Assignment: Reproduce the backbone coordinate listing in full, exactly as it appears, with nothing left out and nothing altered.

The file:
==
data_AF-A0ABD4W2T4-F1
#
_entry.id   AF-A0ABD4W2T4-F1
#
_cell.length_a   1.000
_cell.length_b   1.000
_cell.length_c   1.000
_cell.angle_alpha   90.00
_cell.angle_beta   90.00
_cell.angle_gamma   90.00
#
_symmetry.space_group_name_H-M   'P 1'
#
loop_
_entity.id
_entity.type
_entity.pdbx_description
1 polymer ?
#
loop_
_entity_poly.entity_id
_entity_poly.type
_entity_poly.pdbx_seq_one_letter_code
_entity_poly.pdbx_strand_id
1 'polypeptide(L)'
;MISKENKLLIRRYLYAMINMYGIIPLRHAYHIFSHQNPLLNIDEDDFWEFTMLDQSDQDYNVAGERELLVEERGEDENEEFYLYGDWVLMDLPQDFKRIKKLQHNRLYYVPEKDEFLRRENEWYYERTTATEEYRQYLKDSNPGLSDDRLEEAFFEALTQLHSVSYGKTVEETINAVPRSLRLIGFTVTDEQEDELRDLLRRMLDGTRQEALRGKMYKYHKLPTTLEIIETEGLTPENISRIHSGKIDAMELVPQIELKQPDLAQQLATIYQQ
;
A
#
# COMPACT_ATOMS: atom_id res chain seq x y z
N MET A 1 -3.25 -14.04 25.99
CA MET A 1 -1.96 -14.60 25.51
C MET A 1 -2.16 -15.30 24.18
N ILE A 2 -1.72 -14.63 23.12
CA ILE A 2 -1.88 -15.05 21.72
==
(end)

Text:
data_AF-A0ABD4W2T4-F1
#
_entry.id   AF-A0ABD4W2T4-F1
#
_cell.length_a   1.000
_cell.length_b   1.000
_cell.length_c   1.000
_cell.angle_alpha   90.00
_cell.angle_beta   90.00
_cell.angle_gamma   90.00
#
_symmetry.space_group_name_H-M   'P 1'
#
loop_
_entity.id
_entity.type
_entity.pdbx_description
1 polymer ?
#
loop_
_entity_poly.entity_id
_entity_poly.type
_entity_poly.pdbx_seq_one_letter_code
_entity_poly.pdbx_strand_id
1 'polypeptide(L)'
;MISKENKLLIRRYLYAMINMYGIIPLRHAYHIFSHQNPLLNIDEDDFWEFTMLDQSDQDYNVAGERELLVEERGEDENEEFYLYGDWVLMDLPQDFKRIKKLQHNRLYYVPEKDEFLRRENEWYYERTTATEEYRQYLKDSNPGLSDDRLEEAFFEALTQLHSVSYGKTVEETINAVPRSLRLIGFTVTDEQEDELRDLLRRMLDGTRQEALRGKMYKYHKLPTTLEIIETEGLTPENISRIHSGKIDAMELVPQIELKQPDLAQQLATIYQQ
;
A
#
# COMPACT_ATOMS: atom_id res chain seq x y z
N MET A 1 -3.25 -14.04 25.99
CA MET A 1 -1.96 -14.60 25.51
C MET A 1 -2.16 -15.30 24.18
N ILE A 2 -1.72 -14.63 23.12
CA ILE A 2 -1.88 -15.05 21.72